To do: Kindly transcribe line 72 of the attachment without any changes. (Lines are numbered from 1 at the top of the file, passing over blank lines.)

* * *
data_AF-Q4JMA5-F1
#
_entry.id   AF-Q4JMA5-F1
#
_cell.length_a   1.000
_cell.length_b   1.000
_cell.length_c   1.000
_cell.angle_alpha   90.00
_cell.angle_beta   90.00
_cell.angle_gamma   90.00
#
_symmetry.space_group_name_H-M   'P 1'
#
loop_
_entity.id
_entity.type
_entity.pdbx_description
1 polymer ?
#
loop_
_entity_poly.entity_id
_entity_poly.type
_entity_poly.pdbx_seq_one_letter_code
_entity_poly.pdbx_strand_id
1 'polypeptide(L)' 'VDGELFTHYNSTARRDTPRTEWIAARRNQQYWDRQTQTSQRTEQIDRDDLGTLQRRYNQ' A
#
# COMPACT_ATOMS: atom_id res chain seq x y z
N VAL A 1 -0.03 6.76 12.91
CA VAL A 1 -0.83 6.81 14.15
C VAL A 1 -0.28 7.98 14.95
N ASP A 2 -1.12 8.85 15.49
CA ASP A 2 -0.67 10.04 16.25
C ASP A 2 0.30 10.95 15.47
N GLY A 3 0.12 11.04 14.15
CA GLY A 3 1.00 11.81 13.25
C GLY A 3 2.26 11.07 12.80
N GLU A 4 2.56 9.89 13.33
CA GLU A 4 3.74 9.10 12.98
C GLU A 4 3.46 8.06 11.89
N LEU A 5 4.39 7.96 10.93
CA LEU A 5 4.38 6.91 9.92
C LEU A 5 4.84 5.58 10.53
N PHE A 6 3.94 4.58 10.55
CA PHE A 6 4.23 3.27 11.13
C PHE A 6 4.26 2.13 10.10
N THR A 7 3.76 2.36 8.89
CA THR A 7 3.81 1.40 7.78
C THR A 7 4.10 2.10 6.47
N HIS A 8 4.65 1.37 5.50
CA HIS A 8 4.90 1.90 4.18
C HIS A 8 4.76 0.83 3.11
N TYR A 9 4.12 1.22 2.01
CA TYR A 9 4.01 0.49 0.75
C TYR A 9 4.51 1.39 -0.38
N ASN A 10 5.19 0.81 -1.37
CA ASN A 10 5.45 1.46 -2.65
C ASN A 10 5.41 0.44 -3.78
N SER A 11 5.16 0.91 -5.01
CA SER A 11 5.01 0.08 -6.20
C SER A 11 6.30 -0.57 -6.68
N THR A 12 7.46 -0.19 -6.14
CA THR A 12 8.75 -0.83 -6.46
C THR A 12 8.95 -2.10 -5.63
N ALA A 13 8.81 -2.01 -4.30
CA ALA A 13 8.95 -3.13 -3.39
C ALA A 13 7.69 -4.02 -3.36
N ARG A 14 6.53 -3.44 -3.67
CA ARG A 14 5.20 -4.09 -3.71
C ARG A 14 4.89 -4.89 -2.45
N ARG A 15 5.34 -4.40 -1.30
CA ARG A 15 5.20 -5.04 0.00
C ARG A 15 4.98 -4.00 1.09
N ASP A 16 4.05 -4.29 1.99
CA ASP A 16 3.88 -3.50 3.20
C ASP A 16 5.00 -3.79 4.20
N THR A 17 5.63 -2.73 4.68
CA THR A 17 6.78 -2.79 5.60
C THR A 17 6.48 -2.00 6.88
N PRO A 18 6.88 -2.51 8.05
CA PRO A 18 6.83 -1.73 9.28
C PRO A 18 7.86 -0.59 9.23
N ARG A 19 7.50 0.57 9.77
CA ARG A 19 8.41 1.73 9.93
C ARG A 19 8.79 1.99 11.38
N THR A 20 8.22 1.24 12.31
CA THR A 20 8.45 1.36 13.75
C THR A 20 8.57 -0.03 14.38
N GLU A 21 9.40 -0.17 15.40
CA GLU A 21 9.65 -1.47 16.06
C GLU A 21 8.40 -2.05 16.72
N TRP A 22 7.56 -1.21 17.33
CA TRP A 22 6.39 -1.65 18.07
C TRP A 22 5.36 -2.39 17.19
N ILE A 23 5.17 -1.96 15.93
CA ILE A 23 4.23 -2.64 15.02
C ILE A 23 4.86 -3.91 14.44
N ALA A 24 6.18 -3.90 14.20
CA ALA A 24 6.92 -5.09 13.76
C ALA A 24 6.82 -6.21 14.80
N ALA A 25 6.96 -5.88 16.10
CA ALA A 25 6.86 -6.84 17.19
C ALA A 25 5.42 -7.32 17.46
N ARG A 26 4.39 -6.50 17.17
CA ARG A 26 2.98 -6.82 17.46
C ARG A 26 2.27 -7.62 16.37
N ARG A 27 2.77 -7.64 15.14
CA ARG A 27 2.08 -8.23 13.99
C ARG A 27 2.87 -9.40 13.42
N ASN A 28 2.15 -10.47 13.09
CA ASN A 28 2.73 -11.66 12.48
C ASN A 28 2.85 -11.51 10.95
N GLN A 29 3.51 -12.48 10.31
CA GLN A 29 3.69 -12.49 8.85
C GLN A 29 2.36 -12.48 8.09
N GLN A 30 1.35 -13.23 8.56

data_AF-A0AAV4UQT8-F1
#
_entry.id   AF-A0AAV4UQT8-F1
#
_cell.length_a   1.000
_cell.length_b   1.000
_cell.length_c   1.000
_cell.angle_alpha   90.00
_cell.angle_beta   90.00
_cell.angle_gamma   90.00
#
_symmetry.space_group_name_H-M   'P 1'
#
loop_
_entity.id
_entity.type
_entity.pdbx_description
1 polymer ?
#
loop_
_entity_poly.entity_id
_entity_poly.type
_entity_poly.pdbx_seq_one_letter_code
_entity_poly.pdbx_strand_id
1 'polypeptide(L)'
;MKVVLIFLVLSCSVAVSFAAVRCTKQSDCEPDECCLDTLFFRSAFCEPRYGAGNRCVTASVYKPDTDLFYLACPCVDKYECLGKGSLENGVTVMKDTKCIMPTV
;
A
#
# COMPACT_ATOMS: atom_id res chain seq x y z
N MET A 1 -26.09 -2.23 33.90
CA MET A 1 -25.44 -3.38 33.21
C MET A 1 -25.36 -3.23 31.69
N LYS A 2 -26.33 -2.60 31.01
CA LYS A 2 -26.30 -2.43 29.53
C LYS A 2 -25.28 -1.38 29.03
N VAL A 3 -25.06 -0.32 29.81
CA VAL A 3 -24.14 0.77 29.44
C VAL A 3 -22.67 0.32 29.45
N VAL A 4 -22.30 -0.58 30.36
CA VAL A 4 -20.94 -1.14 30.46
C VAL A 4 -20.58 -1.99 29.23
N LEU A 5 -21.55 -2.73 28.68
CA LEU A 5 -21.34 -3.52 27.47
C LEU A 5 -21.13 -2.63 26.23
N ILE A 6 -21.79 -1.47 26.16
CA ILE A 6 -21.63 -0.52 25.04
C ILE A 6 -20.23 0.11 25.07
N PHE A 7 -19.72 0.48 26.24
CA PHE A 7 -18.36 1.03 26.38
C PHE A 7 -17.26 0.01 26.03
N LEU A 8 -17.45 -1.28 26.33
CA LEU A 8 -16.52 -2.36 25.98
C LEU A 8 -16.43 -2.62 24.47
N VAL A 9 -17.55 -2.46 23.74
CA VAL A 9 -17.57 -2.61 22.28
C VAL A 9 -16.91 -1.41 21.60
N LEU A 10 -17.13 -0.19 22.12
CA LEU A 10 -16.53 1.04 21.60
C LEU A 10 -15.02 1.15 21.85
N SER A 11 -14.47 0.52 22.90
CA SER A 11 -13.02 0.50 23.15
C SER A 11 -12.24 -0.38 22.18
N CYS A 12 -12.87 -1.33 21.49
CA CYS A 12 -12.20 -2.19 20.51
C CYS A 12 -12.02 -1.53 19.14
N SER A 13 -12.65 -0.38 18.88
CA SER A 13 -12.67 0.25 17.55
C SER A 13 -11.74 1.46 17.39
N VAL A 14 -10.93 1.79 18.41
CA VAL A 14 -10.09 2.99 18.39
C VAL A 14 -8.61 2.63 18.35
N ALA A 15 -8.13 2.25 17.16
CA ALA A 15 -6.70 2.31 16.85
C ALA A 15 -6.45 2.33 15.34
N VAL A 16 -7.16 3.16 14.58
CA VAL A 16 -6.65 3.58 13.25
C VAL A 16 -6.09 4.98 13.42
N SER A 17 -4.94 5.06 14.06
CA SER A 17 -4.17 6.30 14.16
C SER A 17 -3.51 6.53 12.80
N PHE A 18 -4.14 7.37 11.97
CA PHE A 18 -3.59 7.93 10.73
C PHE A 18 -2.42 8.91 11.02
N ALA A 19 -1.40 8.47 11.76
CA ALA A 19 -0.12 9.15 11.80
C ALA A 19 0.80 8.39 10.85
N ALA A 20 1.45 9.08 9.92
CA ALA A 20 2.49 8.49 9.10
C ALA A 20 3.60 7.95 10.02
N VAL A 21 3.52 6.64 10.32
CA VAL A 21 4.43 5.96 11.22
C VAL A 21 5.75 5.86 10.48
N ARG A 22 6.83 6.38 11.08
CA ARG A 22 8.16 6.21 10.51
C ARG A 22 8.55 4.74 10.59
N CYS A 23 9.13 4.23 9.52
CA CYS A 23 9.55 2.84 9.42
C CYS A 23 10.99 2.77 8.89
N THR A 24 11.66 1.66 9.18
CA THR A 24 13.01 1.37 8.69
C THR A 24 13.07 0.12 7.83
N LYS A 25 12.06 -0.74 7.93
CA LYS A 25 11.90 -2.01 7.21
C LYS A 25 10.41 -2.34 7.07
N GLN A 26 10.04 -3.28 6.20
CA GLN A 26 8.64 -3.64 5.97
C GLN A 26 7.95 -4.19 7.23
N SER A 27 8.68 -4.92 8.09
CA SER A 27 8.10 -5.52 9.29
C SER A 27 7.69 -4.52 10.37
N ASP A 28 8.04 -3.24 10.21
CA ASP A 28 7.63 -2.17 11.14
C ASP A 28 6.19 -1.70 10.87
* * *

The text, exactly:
C ARG A 15 4.98 -4.00 1.09